Winter Birds Have Arrived

Fall brings many changes to the garden. The hues of leaves change every day and the last hummingbirds and Monarch butterflies have left our area weeks ago. In their stead, the dark-eyed juncos and white-throated sparrows have arrived from Canada. All birds have one thing in common: They want to stock up on food for the upcoming winter. Besides the sunflower seeds in our hopper feeder, peanut butter is a big hit with woodpeckers this year.

I am busy photographing the birds in our yard. Recently, I have also given a talk about “Attracting Birds to Your Yard” at the Pittsburgh Botanic Garden. It was the first time ever that I gave an open-air talk, at the site of the future garden. Afterward I participated in a guided tour of the Appalachian woods section of the park. I learned a lot about the differences between oaks and the requirements for different native plants–not a bad way to spend a gorgeous autumn day.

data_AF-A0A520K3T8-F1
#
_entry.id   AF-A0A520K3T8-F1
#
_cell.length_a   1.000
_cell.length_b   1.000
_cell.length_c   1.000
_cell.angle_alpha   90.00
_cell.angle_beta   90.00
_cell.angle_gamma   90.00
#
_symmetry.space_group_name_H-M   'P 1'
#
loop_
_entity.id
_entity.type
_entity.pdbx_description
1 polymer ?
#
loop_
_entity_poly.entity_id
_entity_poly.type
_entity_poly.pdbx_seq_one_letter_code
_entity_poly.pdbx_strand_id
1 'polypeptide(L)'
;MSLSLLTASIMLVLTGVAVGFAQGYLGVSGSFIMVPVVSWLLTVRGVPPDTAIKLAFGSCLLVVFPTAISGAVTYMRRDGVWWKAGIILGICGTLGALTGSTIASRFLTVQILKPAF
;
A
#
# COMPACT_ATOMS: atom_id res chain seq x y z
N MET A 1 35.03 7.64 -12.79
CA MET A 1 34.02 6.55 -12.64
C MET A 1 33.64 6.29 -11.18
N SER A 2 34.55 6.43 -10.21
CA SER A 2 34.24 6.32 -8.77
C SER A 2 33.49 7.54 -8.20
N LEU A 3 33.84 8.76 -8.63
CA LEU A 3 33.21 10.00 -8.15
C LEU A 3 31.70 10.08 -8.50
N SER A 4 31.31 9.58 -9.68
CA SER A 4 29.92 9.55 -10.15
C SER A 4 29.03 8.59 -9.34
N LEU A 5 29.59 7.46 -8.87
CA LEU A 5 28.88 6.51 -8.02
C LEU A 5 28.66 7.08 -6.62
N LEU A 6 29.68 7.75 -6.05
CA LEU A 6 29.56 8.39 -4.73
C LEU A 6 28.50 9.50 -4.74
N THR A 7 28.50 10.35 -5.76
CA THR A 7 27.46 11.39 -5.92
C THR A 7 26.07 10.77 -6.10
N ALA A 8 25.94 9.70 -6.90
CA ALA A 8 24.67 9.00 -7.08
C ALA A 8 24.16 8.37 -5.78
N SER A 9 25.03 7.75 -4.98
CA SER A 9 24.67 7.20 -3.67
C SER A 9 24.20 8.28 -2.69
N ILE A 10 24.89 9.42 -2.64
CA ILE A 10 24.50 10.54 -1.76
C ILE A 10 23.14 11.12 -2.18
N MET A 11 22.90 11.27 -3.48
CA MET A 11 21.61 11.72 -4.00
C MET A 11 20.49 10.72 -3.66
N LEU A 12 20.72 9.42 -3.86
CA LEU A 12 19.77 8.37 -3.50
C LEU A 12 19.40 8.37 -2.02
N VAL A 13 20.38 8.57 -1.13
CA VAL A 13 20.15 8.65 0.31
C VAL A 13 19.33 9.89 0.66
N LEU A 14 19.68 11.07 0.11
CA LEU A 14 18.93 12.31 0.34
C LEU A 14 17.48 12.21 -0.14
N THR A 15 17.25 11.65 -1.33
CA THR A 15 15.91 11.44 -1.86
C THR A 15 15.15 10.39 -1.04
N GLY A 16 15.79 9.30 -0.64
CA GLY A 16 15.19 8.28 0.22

The Great Migration

The days are getting shorter and the temperatures are dropping. Butterflies will soon be a memory for us here in Pennsylvania. For the past couple of weeks we have spotted quite a few Monarch butterflies stopping at our goldenrod and asters to fuel up on nectar before flitting in the direction of the South. It is time for their migration to the mountains of Mexico. I am sad to see them leave, but I realize that they would never survive during our winters. So I marvel at their beauty and the fact that such small, delicate looking creatures can fly all the way to Mexico to their winter quarters. It will be a long time before we’ll see the first Monarch of the year here in the North. By that time, they will be several generations removed from their wintering ancestor. They need nectar along their journey, and milkweed plants to use as host plants for their eggs. If you want to ensure their survival, please plant milkweed plants in your yard.